HC Deb 14 February 1979 vol 962 cc1116-7
5. Mr. Bulmer

asked the Secretary of State for Foreign and Commonwealth Affairs what progress he has made in obtaining the consent of the Zambian Government to the repatriation by British nationals of such bank balances as they may hold in that country.

Mr. Rowlands

My right hon. Friend is satisfied that the Zambian Government are doing their best to speed up the grant of permission in these cases. But they are handicapped by the continuing scarcity of available foreign exchange. They are fully aware of the Government's concern about this matter.

Mr. Bulmer

Will the Minister confirm that a significant number of Britons have been recruited by the Zambian High Commission without it being made clear to them that they would not be able to bring home their savings? Will he see that any Britons thinking of going out there do not labour under any such illusion in future? Will he also recognise that Britons returning to this country, some in straitened circumstances, find it difficult to accept that they, as taxpayers, should be giving money to Zambia when their savings cannot be repatriated? Will he discuss the problem with his right hon. Friend the Minister of State for Overseas Development?

Mr. Rowlands

I cannot confirm the first part of the hon. Gentleman's question, but I shall make inquiries about it. I accept that it is important that people should realise the foreign exchange problems besetting Zambia and the problems of remitting money home. I also appreciate the hardships, because I deal with a large number of letters from hon. Members on behalf of their constituents. I also appreciate why people do not understand the support that we are giving, but if it were not for that support the situation would be that much worse. One aspect of the £20 million copper purchase arrangement that we had with Zambia was that the Zambians agreed to use part of that money to reduce the backlog of British individual's funds.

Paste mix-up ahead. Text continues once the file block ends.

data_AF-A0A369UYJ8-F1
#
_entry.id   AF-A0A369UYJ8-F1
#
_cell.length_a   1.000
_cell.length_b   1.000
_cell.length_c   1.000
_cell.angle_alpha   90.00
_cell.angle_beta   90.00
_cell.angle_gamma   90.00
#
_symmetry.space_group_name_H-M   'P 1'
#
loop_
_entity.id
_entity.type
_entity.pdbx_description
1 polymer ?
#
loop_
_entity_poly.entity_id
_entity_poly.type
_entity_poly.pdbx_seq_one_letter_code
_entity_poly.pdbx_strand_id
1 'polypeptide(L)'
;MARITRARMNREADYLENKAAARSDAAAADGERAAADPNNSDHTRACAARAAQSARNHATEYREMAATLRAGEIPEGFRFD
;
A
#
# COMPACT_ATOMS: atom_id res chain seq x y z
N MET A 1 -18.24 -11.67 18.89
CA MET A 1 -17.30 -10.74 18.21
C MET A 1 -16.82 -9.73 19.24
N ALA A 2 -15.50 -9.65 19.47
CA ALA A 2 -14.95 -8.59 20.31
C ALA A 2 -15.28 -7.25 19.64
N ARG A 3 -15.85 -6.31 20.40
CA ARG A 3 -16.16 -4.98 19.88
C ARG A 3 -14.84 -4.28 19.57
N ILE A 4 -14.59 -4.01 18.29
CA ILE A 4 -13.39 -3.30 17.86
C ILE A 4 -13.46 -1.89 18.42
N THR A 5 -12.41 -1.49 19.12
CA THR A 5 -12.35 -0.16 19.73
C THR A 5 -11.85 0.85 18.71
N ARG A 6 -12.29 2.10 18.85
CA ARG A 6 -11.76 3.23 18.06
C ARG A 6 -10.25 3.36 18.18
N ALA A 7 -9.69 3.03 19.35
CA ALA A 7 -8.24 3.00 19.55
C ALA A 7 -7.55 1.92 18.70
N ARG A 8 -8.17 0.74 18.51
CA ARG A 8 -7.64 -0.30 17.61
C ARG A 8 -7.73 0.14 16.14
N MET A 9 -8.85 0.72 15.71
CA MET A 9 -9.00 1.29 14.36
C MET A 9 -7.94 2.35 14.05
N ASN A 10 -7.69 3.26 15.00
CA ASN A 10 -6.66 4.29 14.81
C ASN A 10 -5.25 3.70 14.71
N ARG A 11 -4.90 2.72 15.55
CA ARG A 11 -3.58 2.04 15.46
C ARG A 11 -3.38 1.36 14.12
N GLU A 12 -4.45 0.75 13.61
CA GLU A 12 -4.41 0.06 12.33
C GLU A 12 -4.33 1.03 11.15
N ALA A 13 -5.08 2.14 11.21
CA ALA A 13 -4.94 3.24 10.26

Mr. Brooke

I recognise the difficulties of Zambia, but will the Minister convey to the Zambian Government that the chances of further investment in that country will be greatly enhanced by a resolution of the present problems?

Mr. Rowlands

I am sure that the Zambian Government fully appreciate that point. We shall press them again to see whether anything can be done to relieve the hardship caused by the delays and the consequential bad impression that they give.

Mr. Luce

Since thousands of British subjects and many British companies have their funds frozen in Zambia, and since the British Government have, through the provision of aid and assistance with the IMF loans to Zambia, facilitated the provision of foreign exchange to that country, does the Minister agree that there sould be a clear understanding with the Zambian Government that they should give the highest priority to the repatriation of those funds?

Mr. Rowlands

The Zambian authorities understand the genuine problems of hardship that have arisen as a result of the failure to allow remittances and the consequences for individuals and the impression created on people who would like to work in Zambia. As part of the recent £20 million copper agreement, we have reached agreement with the Zambian authorities that they will use part of that money to reduce the backlog of British individuals' funds.

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